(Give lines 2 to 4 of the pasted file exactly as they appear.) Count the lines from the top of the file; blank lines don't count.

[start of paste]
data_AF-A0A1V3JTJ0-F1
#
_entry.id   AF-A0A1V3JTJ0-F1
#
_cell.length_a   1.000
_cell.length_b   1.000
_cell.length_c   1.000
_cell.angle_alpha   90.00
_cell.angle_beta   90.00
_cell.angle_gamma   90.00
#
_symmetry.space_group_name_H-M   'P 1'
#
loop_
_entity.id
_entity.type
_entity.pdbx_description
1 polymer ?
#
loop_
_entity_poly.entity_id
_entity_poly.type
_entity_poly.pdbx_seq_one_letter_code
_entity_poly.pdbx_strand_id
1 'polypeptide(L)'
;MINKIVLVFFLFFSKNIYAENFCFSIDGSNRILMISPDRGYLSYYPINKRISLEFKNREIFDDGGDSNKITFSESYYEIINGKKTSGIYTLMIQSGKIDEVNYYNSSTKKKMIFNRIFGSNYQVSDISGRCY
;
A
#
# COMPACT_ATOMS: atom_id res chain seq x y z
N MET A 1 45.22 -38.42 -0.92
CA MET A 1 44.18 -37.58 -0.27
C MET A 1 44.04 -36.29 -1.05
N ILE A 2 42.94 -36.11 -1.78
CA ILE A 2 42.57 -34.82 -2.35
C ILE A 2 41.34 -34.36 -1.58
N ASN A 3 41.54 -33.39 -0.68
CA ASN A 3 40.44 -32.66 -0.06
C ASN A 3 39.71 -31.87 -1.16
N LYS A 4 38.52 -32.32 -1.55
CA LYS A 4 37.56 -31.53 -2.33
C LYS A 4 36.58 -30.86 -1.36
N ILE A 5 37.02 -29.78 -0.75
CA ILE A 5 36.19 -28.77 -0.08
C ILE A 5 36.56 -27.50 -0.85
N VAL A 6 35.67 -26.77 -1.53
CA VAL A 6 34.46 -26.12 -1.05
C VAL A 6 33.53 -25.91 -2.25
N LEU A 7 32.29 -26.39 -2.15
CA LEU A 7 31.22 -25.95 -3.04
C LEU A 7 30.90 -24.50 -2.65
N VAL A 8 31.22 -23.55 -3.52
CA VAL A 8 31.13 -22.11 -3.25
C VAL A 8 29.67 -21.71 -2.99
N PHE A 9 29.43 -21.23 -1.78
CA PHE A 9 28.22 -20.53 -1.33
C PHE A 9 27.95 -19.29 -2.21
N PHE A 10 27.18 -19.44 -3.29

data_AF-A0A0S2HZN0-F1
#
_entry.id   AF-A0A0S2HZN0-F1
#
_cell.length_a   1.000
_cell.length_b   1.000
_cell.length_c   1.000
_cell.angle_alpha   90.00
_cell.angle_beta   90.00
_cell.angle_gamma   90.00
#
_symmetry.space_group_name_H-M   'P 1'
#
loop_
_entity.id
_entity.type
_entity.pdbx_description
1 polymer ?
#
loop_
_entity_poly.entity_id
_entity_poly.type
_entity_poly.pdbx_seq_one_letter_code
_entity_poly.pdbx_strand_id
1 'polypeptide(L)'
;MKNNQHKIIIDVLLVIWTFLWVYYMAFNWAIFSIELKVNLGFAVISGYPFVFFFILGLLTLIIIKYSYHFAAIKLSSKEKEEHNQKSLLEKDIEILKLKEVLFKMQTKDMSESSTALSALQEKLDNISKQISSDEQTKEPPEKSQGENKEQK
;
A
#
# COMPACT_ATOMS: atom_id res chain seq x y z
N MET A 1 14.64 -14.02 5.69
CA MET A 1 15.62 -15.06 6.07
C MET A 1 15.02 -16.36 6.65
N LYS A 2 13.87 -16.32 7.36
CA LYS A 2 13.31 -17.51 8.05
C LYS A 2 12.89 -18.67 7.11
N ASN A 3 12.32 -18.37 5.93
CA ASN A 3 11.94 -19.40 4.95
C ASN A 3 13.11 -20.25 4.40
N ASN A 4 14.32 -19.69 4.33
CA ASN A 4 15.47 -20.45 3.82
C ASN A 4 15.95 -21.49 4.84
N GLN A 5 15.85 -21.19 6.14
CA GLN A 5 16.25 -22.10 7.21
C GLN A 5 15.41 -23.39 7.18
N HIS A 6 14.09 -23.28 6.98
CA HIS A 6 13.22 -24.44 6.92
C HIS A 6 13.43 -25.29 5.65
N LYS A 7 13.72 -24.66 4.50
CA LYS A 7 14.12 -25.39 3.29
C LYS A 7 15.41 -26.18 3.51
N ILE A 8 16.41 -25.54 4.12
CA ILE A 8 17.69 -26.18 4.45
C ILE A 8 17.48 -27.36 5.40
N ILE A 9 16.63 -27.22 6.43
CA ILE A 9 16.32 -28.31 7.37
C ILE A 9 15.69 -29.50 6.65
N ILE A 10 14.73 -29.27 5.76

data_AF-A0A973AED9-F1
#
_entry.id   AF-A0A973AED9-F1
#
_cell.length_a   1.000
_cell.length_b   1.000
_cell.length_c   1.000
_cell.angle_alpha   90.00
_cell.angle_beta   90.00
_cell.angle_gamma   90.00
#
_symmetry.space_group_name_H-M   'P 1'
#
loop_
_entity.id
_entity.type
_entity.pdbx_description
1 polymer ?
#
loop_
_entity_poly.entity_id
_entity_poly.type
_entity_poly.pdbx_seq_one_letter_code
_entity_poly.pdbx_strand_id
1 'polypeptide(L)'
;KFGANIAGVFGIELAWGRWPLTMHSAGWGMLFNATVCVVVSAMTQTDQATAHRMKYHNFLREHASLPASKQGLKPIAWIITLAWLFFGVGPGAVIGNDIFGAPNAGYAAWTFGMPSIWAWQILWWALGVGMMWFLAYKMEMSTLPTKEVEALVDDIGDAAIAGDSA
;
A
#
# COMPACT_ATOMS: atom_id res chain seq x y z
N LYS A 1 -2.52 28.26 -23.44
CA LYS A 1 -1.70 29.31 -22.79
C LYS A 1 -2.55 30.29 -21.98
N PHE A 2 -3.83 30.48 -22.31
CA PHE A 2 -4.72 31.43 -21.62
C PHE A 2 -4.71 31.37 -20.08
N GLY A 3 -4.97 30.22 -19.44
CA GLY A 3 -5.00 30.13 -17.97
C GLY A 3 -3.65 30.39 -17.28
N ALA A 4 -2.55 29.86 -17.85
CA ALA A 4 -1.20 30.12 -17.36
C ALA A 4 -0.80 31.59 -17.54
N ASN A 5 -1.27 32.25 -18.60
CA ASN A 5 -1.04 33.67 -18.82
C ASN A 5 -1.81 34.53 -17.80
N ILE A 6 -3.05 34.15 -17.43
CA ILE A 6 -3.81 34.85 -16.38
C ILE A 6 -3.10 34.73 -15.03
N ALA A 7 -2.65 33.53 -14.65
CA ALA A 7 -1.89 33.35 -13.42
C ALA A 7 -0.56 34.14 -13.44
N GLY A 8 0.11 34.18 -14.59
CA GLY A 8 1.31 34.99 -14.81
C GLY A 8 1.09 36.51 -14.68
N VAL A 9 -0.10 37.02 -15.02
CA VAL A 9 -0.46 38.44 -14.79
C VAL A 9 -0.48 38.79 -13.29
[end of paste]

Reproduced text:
#
_entry.id   AF-A0A1V3JTJ0-F1
#